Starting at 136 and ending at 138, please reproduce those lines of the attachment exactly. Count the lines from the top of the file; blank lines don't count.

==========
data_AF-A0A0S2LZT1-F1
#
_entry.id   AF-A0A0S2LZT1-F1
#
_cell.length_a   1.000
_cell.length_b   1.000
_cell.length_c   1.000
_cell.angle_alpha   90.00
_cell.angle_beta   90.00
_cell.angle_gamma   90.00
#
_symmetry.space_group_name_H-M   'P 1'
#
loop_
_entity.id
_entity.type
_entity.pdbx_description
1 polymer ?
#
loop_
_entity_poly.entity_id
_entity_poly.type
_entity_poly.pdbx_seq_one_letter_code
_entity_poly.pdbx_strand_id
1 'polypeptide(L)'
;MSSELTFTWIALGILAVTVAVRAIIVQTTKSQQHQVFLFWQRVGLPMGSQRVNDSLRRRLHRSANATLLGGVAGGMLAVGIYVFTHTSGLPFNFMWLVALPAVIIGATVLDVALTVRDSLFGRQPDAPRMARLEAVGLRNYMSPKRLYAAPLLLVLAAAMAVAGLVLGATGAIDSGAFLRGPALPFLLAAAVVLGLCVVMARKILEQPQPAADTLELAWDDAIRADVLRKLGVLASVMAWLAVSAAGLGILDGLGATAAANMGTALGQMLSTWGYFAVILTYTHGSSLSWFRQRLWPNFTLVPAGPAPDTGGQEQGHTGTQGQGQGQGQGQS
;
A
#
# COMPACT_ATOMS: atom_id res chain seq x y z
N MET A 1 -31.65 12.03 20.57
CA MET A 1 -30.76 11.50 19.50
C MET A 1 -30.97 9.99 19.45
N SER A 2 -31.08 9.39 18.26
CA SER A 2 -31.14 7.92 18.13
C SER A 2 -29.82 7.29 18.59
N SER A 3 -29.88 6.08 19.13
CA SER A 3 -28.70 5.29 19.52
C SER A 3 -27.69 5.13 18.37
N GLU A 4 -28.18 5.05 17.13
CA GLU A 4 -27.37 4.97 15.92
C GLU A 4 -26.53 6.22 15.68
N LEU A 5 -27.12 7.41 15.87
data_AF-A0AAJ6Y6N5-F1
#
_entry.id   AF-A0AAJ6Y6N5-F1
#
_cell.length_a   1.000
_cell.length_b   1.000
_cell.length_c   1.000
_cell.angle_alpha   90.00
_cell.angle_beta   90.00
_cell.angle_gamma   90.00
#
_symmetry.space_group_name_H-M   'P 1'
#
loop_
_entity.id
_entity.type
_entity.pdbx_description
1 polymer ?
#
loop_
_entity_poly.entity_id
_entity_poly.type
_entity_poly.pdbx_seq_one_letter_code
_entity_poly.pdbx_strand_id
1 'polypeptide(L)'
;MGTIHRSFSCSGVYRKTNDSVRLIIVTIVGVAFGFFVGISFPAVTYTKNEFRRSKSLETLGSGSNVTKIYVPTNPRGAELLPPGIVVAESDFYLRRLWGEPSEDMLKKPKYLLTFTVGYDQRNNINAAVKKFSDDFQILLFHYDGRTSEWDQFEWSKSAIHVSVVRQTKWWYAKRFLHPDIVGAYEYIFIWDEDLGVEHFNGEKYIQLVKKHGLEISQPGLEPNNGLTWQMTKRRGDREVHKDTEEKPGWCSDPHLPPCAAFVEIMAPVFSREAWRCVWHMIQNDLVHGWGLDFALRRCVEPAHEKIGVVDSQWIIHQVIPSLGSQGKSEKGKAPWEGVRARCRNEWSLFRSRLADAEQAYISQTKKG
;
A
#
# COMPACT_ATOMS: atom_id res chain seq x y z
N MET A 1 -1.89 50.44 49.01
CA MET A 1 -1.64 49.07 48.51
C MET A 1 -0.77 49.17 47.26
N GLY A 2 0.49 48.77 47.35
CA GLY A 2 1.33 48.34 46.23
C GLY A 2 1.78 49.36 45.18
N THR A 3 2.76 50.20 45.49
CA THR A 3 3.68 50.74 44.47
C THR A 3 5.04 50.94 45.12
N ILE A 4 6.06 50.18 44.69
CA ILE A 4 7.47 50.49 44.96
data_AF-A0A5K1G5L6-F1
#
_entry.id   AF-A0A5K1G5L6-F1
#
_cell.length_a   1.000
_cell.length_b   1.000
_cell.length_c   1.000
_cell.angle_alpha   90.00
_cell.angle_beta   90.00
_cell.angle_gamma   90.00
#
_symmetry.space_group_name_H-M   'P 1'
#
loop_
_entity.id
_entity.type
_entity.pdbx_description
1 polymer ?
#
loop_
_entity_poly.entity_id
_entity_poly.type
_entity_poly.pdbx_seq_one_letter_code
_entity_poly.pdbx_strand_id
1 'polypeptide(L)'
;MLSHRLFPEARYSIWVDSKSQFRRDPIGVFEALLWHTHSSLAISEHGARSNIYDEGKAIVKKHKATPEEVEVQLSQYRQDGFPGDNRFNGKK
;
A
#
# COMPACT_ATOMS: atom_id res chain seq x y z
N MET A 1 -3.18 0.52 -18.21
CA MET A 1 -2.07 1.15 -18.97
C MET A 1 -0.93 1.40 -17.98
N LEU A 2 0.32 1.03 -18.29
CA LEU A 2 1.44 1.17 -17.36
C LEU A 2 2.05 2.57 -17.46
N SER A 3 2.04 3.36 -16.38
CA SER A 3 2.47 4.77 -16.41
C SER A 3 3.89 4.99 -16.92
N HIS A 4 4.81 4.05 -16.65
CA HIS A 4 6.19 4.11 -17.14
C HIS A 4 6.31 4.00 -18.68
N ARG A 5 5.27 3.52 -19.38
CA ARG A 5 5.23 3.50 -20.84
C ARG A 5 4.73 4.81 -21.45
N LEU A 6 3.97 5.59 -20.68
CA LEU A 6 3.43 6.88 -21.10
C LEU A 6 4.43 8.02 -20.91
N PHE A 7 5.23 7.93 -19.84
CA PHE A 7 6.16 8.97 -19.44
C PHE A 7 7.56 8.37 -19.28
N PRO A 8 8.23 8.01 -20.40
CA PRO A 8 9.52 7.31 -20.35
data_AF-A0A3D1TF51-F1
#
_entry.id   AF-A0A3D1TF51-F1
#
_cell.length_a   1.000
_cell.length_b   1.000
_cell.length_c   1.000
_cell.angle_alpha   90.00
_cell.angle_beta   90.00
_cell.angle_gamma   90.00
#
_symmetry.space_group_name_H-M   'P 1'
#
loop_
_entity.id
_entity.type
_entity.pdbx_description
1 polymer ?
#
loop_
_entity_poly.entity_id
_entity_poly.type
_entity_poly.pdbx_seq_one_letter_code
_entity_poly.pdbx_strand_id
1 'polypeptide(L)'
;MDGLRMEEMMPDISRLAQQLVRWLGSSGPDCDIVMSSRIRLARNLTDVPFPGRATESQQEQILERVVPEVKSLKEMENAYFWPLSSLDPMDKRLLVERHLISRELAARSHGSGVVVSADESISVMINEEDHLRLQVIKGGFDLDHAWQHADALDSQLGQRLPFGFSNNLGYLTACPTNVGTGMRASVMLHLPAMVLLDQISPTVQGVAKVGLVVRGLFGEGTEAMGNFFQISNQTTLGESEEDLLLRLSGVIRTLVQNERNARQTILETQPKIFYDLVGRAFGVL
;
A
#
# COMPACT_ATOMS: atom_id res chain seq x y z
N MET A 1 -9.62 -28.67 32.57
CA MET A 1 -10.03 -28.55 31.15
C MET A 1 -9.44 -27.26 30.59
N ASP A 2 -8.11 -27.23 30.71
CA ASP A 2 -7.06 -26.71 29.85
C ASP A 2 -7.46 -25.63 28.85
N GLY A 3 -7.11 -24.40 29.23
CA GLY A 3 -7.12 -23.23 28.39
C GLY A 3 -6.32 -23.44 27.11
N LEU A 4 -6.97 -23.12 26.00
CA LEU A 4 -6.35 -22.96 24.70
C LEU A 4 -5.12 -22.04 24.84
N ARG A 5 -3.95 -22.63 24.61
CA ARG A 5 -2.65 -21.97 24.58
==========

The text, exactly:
N PRO A 8 8.23 8.01 -20.40
CA PRO A 8 9.52 7.31 -20.35
data_AF-A0A3D1TF51-F1